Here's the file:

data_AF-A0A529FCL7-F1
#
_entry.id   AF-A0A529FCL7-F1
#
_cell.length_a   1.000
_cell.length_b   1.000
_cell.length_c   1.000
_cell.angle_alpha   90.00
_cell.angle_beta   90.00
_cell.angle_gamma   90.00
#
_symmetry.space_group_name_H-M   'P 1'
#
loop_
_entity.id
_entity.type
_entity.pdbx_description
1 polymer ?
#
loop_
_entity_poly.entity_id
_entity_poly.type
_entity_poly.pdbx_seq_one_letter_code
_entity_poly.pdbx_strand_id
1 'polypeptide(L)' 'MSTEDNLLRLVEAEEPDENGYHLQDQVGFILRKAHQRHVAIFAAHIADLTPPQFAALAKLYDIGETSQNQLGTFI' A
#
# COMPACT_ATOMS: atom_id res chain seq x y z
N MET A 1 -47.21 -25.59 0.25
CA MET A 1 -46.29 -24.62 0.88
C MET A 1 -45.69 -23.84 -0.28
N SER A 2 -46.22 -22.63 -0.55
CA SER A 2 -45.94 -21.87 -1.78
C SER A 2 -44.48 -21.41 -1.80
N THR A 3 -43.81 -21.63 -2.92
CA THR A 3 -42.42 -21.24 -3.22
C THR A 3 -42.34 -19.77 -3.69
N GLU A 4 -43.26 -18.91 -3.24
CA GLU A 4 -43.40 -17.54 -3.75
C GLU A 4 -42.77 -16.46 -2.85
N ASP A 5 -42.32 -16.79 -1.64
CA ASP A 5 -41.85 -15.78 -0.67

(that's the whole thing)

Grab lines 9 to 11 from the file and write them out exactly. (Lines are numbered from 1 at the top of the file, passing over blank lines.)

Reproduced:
_cell.angle_beta   90.00
_cell.angle_gamma   90.00
#